When I’m mixing up a negroni at home, I also throw in a few dashes of Embitterment Orange Bitters, which you can pick up on modernbarcart.com. This is our best-selling bitters flavor, and it’s absolutely packed with essential orange oils extracted straight from the peels of our organic oranges. You can either add these bitters to the mixing glass with the other negroni ingredients, or do like I do and float them right on top of the final drink for a really great fragrant pop each time you take a sip.

Episode Preview

Some of the topics we cover in this episode include:

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  • The difference between Amari, Aperitivi, and Cordials
  • The history of herbs and spices in the Mediterranean
  • How an earthquake in Italy eventually led to an American amaro company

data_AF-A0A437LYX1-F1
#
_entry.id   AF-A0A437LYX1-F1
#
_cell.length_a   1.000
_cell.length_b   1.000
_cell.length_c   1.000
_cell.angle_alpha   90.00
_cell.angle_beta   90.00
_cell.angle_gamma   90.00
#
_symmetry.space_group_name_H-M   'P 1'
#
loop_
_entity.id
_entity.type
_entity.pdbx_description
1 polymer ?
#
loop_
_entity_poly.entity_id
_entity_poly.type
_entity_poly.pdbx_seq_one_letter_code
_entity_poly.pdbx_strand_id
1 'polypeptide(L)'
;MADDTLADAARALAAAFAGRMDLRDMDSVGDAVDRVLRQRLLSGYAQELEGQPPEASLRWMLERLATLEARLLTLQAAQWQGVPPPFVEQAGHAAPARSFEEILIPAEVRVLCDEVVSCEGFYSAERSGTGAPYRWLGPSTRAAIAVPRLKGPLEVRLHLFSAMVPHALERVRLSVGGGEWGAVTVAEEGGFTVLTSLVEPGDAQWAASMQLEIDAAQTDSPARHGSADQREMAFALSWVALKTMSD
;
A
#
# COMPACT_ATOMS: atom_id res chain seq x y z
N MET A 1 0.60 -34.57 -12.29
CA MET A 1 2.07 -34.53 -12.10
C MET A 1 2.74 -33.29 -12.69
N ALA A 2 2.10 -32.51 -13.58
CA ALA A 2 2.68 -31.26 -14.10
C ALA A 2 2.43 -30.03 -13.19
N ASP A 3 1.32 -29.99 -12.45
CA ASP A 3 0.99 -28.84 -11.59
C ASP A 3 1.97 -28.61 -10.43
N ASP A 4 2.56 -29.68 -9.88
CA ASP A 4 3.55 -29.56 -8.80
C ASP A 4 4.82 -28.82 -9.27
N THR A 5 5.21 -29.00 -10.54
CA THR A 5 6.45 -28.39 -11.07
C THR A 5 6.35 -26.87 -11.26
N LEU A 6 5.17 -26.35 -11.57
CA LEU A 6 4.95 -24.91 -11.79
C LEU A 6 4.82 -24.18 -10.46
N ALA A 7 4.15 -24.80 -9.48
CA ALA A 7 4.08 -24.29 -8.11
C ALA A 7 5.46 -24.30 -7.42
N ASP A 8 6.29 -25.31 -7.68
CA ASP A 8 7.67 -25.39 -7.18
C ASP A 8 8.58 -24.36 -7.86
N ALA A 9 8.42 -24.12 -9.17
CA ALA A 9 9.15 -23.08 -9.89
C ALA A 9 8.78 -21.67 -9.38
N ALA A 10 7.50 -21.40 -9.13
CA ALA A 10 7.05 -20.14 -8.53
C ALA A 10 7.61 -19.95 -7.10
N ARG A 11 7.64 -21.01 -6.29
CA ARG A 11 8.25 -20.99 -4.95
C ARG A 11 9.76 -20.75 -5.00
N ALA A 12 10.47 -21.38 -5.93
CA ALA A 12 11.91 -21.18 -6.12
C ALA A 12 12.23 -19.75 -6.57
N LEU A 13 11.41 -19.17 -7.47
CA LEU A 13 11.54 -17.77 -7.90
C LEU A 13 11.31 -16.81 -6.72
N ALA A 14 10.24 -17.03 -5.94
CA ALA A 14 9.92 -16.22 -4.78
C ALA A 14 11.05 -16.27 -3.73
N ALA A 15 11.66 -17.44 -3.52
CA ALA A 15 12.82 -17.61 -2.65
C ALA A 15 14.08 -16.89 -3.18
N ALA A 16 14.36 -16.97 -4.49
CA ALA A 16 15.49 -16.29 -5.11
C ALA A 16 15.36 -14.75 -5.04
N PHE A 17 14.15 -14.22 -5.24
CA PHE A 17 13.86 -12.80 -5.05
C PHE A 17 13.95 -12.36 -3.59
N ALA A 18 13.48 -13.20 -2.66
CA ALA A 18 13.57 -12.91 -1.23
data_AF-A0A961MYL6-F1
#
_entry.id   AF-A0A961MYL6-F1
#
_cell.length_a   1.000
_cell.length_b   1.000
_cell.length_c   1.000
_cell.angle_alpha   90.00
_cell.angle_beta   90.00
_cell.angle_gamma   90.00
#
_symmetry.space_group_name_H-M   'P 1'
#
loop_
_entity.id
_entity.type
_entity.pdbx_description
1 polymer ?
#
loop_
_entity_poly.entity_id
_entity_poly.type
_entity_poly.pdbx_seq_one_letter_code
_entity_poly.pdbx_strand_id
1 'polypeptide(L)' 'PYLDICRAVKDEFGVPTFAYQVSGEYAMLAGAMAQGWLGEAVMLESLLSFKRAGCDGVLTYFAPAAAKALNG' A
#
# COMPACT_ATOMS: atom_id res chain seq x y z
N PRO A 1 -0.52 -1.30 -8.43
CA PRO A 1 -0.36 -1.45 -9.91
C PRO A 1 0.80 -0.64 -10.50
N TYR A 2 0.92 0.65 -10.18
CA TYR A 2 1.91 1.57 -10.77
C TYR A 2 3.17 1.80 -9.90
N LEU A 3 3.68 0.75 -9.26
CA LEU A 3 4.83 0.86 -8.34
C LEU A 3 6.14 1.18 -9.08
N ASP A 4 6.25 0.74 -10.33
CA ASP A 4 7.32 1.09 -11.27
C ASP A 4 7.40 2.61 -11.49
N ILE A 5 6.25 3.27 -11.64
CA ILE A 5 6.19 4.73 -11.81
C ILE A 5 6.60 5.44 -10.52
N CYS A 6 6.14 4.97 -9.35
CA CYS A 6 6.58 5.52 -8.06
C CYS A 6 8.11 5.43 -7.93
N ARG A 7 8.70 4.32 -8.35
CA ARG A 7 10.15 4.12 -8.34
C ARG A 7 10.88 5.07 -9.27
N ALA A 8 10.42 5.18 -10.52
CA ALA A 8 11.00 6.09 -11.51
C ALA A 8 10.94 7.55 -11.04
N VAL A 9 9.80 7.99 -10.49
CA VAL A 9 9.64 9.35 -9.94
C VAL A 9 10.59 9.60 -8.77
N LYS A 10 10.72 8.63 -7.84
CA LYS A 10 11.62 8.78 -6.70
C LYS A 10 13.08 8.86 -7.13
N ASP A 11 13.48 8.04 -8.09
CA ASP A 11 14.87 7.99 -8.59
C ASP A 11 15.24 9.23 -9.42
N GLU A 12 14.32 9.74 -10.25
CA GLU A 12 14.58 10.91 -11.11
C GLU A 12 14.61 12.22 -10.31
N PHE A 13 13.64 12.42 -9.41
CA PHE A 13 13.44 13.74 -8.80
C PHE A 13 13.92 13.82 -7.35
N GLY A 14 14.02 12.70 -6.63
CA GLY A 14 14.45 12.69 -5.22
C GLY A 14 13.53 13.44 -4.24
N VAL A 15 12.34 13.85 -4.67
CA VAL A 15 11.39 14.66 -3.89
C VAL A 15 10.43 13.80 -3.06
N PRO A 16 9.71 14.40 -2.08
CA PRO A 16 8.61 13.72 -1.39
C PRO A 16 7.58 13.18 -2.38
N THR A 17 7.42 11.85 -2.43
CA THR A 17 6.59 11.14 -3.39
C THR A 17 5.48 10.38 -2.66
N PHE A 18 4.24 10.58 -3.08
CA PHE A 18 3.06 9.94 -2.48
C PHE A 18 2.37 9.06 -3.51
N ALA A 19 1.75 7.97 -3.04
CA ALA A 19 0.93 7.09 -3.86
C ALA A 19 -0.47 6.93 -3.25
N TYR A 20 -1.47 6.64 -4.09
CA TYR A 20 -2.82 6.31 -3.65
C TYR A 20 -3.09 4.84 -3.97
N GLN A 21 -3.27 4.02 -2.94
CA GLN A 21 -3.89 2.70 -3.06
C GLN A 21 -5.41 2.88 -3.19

• The best cocktails to make with your favorite bitter liqueurs
  • And much, much more

I had a great time talking with Jonathan, who happens to be a good friend of mine, and I know you’re eager to listen and learn, so I’m gonna get out of the way here and let you enjoy this fascinating discussion with Jonathan Fasano of Don Ciccio e Figli.

Show Notes

Don Ciccio e Figli is an amaro company based in Washington, D.C., but inspired by a family-owned company that operated on the Amalfi Coast of Italy from the late 1800s to the mid-1980s.

They produce a number of liqueurs, including amari, aperitivi, and cordials.

Amari vs. Aperitivi vs. Cordials

As Jonathan explains, all of these products are liqueurs, which involve alcohol, sugar, water, and one or more flavor components. 

Amari are a category of bitter liqueurs, and they are characterized by the presence of ancient medicinal bitter roots and herbs, as well as spices.

Aperitivi are less bitter than Amari, generally contain fewer ingredients, and often incorporate citrus as a primary flavor note.

Cordials rarely bitter and very often focus in on a single flavor note--usually a fruit or a vegetable. Limoncello is a very popular Italian cordial.

When to Drink Amari & Aperitivi

According to Jonathan, it's common wisdom that you should "let the sun guide you" when deciding what to drink.